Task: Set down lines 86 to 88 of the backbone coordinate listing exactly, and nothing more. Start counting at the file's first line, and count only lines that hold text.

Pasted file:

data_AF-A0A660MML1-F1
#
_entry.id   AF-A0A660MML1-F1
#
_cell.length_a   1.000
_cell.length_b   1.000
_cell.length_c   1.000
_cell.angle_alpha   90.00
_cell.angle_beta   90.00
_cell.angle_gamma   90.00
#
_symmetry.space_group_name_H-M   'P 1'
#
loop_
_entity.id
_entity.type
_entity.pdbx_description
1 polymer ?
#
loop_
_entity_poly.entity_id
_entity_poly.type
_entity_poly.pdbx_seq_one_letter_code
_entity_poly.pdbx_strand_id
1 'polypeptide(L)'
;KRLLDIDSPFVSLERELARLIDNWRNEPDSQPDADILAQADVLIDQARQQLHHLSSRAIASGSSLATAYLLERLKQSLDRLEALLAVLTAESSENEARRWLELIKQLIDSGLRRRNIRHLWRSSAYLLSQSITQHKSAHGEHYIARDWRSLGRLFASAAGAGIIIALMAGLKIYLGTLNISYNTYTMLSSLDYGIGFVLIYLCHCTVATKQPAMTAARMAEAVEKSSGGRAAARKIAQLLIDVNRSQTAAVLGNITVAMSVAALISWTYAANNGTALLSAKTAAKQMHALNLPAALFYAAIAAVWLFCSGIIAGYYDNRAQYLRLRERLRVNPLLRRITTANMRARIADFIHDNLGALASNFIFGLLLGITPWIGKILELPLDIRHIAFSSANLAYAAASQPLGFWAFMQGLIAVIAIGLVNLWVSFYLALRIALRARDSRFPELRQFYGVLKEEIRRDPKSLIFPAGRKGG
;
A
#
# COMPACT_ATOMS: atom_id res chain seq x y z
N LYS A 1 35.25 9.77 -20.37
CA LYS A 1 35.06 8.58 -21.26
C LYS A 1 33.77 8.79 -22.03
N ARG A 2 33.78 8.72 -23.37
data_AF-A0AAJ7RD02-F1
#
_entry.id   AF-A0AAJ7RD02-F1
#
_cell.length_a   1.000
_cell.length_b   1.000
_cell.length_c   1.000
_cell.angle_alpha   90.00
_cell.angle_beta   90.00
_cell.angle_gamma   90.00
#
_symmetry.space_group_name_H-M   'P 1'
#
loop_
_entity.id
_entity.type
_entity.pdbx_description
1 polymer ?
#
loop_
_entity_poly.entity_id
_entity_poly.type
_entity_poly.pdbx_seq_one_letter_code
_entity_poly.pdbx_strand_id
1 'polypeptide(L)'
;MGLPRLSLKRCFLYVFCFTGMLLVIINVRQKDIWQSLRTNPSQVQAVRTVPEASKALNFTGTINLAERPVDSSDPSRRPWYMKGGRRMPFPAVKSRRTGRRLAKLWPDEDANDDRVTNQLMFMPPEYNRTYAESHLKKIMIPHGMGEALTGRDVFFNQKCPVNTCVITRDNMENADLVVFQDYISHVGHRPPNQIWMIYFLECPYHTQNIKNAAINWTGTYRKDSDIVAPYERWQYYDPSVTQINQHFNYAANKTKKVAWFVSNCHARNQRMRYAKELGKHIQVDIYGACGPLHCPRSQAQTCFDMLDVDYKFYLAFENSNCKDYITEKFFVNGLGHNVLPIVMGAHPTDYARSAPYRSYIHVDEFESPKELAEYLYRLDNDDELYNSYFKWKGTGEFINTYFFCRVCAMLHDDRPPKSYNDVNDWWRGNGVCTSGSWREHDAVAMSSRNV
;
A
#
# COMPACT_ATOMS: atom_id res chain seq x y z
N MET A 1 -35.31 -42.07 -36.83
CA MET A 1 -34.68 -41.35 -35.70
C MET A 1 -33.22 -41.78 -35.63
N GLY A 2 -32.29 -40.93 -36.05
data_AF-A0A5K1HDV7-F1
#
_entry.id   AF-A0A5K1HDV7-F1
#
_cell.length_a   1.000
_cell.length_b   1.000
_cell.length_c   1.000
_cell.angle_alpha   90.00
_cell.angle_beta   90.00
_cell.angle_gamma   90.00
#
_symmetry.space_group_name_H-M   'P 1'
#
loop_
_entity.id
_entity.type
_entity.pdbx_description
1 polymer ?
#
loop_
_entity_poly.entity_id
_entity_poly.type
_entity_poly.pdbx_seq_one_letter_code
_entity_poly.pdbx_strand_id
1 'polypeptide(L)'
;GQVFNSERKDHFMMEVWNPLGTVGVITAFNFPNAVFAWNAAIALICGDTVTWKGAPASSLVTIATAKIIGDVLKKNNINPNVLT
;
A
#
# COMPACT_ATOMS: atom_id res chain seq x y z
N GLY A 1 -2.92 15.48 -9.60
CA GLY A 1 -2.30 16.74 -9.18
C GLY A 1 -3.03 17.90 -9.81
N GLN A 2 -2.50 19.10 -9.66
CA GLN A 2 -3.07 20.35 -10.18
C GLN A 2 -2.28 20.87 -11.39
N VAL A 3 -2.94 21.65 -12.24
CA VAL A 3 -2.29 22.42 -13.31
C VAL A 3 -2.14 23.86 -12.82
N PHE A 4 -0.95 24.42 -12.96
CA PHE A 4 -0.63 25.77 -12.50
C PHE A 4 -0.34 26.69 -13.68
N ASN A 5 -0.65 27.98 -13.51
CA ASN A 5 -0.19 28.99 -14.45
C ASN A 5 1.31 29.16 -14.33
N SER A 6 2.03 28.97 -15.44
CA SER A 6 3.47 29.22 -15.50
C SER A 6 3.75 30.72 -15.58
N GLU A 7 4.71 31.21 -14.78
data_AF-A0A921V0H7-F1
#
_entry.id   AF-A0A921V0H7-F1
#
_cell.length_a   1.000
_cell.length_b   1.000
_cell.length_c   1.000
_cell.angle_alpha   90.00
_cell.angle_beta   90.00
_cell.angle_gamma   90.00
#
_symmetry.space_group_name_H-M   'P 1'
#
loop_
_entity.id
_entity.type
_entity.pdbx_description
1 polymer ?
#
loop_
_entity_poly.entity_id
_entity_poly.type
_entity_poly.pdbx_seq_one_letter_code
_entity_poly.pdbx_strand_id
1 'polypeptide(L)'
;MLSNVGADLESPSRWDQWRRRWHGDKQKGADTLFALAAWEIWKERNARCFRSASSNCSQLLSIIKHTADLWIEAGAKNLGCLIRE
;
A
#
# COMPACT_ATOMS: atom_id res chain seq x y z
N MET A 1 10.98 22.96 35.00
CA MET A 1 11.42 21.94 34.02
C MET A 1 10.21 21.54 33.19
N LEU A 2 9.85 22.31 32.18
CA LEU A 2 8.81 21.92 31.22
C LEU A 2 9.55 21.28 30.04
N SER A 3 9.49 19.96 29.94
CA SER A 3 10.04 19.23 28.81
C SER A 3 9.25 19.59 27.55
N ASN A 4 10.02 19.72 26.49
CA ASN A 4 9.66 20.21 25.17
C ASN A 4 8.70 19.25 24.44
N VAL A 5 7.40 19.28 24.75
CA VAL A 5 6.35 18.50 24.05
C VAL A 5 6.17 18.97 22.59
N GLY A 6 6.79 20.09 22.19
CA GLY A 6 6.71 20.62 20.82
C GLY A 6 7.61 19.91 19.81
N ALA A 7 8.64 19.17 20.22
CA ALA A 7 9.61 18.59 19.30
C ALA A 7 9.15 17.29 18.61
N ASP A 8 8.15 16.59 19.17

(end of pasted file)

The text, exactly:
1 polymer ?
#
loop_